In recent years, the Trail Blazers’ creativity, or lack of it, on offense has become a polarizing discussion. In his most recent edition of 10 Things I Like and Dislike, ESPN Senior Writer Zach Lowe highlighted at least one new way the Blazers have utilized sets and movement to generate offense.
Borrowing a page from Raptors head coach Nick Nurse’s playbook, the Blazers have implemented a double flare screen on each side — a Toronto staple in taking advantage of Norman Powell’s scoring and gravity — and it’s created a new way to get Damian Lillard to the basket.
The set’s effectiveness is directly tied to the respect it garners from opponents. As Lowe notes, there is CJ McCollum’s cut, Lillard’s drive, the pick-and-pop (or roll) threat with Robert Covington or Jusuf Nurkic, and finally, Powell’s accuracy on corner 3-pointers. With all that in mind, Lowe marked this sequence as something to watch moving forward:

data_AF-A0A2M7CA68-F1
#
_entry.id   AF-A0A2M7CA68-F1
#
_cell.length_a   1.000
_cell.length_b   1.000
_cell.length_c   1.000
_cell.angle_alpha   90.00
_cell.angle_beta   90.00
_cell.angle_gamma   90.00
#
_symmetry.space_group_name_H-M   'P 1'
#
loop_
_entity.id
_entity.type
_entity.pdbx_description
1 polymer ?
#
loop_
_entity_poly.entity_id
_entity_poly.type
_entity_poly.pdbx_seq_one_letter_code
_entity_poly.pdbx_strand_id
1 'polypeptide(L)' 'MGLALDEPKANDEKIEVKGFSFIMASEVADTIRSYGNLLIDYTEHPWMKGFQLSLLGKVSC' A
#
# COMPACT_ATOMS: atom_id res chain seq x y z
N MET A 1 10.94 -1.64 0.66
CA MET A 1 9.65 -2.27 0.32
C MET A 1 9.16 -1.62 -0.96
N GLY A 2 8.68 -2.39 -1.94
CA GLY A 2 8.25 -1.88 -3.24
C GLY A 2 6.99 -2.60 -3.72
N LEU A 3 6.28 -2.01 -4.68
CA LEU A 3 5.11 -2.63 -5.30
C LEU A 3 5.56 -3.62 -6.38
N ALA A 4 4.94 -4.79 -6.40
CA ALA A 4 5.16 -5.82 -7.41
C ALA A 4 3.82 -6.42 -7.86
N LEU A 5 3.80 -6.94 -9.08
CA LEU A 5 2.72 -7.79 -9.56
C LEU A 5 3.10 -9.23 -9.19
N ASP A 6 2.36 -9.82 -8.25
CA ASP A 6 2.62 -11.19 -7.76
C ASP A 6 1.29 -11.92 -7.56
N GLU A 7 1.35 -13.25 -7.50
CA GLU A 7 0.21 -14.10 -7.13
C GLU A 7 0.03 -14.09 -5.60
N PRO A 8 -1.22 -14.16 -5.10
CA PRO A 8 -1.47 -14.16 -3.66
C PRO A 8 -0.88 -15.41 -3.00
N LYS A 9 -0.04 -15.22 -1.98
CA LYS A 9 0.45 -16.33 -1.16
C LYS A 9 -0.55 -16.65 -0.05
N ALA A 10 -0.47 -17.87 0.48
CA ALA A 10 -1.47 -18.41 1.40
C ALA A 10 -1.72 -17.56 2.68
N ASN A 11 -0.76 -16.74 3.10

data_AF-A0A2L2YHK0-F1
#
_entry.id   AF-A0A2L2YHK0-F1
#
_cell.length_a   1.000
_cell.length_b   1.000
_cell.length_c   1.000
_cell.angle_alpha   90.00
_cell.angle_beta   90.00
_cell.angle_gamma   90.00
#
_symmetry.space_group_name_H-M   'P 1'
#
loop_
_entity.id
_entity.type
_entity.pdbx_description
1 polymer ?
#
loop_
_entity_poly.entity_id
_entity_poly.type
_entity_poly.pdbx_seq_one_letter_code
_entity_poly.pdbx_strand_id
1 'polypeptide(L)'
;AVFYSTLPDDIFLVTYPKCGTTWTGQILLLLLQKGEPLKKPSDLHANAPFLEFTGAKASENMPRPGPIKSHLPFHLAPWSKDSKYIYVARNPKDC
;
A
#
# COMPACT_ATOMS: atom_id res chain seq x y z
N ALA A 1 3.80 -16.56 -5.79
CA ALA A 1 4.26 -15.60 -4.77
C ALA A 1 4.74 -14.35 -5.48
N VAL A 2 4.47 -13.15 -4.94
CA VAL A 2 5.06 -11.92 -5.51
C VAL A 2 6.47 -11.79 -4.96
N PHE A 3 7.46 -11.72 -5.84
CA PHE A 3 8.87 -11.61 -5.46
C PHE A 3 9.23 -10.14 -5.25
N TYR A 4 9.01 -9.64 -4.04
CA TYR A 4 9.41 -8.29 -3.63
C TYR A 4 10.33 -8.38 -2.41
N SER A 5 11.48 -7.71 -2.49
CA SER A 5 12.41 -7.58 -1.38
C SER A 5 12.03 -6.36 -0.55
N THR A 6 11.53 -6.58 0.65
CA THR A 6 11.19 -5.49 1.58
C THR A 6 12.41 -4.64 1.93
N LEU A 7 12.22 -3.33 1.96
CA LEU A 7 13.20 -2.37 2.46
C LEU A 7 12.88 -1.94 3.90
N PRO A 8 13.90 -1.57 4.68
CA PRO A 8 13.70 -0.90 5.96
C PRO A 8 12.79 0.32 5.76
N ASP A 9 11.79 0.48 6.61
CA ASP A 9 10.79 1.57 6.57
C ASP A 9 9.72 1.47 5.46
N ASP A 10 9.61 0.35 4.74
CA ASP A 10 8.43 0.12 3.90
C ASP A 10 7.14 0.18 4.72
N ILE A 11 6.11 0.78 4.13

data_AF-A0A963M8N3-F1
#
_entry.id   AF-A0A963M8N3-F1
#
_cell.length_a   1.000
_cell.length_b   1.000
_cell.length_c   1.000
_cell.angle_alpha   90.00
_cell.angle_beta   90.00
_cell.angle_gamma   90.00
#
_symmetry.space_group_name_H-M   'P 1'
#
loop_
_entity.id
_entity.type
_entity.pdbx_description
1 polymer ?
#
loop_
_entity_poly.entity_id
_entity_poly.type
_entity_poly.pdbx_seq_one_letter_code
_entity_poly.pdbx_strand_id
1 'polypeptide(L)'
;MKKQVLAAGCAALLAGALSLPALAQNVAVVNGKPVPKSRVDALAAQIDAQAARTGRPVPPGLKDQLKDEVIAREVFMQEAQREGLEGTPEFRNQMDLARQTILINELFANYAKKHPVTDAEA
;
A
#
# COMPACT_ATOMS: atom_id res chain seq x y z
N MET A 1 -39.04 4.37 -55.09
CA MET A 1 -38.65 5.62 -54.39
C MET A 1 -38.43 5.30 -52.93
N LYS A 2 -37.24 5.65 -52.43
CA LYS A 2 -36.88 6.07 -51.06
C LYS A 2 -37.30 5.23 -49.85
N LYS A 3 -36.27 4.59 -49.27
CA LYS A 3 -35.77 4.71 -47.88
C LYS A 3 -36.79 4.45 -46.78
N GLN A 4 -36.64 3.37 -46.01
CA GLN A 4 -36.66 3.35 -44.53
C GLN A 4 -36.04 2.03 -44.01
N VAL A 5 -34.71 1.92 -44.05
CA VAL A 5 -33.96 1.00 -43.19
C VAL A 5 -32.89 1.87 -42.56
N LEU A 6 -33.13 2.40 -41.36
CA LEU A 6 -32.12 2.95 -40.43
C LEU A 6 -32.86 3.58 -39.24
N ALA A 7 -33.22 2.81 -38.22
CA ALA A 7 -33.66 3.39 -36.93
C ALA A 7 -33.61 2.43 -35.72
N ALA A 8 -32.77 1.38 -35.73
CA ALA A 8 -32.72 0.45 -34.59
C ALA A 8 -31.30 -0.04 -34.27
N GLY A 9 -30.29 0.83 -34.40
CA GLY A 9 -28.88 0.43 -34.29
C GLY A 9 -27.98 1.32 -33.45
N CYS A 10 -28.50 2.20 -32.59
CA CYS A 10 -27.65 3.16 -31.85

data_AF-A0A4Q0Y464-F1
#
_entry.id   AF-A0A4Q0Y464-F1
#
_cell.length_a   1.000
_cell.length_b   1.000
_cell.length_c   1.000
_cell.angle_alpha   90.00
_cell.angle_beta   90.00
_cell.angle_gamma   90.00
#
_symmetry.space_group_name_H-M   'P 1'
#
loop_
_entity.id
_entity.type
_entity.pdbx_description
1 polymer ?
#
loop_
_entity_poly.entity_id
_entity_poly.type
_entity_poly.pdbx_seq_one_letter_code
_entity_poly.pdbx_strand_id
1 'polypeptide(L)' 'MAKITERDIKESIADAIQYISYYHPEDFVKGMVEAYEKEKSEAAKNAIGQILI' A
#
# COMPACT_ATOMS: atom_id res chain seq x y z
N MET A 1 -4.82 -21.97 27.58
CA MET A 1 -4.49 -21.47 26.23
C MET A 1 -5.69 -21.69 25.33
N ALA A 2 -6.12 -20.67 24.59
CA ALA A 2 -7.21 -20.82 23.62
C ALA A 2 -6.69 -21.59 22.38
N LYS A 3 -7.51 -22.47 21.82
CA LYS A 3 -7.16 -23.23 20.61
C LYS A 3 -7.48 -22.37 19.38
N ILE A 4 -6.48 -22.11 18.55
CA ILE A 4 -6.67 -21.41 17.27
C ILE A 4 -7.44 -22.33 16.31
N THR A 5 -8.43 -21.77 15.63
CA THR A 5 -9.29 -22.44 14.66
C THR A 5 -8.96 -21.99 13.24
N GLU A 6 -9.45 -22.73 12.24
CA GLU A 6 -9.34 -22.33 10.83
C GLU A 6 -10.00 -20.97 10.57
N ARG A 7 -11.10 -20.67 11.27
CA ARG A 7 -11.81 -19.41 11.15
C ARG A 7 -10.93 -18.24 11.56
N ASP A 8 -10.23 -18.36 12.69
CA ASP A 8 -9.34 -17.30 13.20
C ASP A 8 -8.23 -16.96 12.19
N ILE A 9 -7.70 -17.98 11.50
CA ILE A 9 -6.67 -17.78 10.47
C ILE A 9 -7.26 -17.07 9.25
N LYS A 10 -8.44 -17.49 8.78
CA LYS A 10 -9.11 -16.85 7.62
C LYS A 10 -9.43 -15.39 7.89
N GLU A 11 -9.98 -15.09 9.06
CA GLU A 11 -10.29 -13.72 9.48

“Expect more of this. The Blazers set more flare screens than anyone, so this Canadian import is really a cousin to several of their pet actions.”
He also praised Lillard for how prepared he is in dealing with so many defensive coverages.
“Coverage of Lillard tends to focus on his limitless shooting range. But as has been the case with Stephen Curry, drooling over Lillard’s 35-footers has obscured all the brilliant ways he leverages the threat of those 35-footers.
Lillard doesn’t stand out as an all-world dribbler. He doesn’t have the liquidy razzle-dazzle of Curry or Kyrie Irving. His style is more mechanical, less improvisational. But every season, Lillard returns with something new. Move by move, counter atop counter, he has built a calculated and lethal off-the-dribble game.”
On the season, Lillard has exploited defenses to the tune of 29.8 points per game.
You can read Lowe’s complete story at ESPN+ (subscription required).